PatientsLikeMe Growing as Pharma Customers Boost Focus on Patients
(Page 3 of 3)
found that the patient profiles have helped them make decisions for those in their care. (Cambridge-based Sermo, the social networking site for doctors, has also shown that an increasing number of physicians are open to using social media for their jobs.) The company also makes presentations at academic meetings, building its credibility with healthcare professionals.
It’s tough to identify exactly which companies are competitors of PatientsLikeMe, because the firm has a unique business model. But there are certainly a bunch of Web-based businesses competing to gain the attention of patients, whether it’s to sell advertising to medical products manufacturers, build online communities that generate marketable data, or other business strategies. Perhaps the clearest competitive threat to PatientsLikeMe is San Francisco-based Keas, which was founded in 2008 by Google veteran and company CEO Adam Bosworth. This week Keas, whose site gives users a dashboard where they can track their health, announced a collaboration with New York-based Pfizer [[NYSE:PFE). The drug giant is promoted the use of Keas’s technology to enable healthcare professionals to design treatment plans for patients.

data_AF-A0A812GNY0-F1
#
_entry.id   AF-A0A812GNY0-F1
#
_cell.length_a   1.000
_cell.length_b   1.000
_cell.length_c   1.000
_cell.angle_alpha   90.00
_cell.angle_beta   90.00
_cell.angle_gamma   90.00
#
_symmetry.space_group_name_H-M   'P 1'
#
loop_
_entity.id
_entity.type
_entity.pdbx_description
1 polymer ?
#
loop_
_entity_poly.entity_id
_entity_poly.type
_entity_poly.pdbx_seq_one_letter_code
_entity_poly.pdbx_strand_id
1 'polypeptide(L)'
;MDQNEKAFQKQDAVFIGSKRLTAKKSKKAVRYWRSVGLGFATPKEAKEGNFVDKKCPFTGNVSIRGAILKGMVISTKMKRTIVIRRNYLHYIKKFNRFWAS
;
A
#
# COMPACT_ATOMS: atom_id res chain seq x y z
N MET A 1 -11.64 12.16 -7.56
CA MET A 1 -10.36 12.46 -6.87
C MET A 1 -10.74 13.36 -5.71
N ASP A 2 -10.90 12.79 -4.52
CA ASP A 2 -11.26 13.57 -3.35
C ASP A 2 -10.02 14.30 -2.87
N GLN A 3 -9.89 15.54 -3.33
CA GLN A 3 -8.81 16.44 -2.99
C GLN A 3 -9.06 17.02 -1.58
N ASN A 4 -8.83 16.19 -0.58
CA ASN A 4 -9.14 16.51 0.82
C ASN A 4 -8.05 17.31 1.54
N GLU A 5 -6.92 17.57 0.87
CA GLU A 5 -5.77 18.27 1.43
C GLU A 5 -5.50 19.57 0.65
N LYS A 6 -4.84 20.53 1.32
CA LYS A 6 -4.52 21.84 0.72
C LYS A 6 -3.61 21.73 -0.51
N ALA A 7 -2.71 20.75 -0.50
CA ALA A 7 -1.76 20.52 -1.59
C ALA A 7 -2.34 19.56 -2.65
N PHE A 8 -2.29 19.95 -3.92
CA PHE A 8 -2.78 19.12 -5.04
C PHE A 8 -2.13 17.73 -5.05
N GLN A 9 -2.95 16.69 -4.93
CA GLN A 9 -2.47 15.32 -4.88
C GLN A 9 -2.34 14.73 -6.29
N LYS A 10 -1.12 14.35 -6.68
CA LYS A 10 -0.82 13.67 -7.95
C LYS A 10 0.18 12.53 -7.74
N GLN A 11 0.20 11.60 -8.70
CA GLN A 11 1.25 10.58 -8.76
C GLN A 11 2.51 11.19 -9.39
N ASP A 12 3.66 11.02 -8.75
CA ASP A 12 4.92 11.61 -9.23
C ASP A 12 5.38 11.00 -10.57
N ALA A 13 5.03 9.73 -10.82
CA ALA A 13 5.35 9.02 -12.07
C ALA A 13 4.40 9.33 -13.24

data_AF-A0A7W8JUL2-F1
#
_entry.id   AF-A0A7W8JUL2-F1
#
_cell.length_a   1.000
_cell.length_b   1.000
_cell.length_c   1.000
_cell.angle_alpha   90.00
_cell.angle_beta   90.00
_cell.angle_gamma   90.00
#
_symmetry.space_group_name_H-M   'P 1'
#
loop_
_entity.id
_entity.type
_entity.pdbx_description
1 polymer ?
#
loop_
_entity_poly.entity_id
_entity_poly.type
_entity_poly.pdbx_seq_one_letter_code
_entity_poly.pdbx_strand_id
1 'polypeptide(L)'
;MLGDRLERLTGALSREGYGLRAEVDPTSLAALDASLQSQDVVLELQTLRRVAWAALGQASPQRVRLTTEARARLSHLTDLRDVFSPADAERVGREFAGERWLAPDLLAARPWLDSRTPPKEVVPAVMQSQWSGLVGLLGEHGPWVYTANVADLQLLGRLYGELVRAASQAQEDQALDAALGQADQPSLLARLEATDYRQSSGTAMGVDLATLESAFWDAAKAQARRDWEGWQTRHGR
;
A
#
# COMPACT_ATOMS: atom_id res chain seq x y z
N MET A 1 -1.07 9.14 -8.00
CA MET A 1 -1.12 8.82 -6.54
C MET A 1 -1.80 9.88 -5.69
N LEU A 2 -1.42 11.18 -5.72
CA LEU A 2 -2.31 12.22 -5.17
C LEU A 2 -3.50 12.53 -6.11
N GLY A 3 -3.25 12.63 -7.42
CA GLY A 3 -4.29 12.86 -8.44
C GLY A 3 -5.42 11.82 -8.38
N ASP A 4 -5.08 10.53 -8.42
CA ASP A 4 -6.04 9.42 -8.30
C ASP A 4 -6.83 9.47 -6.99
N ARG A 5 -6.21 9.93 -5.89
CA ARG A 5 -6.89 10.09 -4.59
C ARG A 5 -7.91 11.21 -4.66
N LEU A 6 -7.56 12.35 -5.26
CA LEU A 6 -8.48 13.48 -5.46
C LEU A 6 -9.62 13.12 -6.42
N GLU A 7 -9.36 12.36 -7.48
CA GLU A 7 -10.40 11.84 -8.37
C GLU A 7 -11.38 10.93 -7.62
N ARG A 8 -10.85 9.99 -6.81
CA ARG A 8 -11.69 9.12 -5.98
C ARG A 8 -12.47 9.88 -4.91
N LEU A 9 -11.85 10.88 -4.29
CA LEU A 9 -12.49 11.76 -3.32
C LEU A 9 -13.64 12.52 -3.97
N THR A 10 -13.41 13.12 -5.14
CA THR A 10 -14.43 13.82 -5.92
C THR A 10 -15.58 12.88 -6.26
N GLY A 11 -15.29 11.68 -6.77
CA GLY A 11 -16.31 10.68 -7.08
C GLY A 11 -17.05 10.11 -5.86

One thing that appears to differentiate PatientsLikeMe is the emphasis it puts on catering to people with specific diseases. The company now operates 10 separate communities that represent 18 diseases. It’s also well known that Heywood and his brother James Heywood, the chairman of PatientsLikeMe, co-founded the company in 2004 while their family was aggressively searching for ways to improve the life of their brother Stephen, who died in 2006 from the neurological disorder ALS (amyotrophic lateral sclerosis).
There are high expectations for the company among patients as well as the firm’s big-named investors. Ben Heywood says that the company doesn’t disclose how much money it has raised from investors (though he did acknowledge reports that the firm took in $5 million in a Series A round of funding in 2007). Yet the company is more open about the identities of its backers, which include Internet commerce pioneer Jay Tenenbaum through his Silicon Valley firm CommerceNet, the New York private equity firm Invus, Omidyar Network, the Redwood City, CA, the philanthropic investment group started by eBay founder Pierre Omidyar, and Collaborative Seed and Growth Partners, based in the Boston area.
Trending on Xconomy
By posting a comment, you agree to our terms and conditions.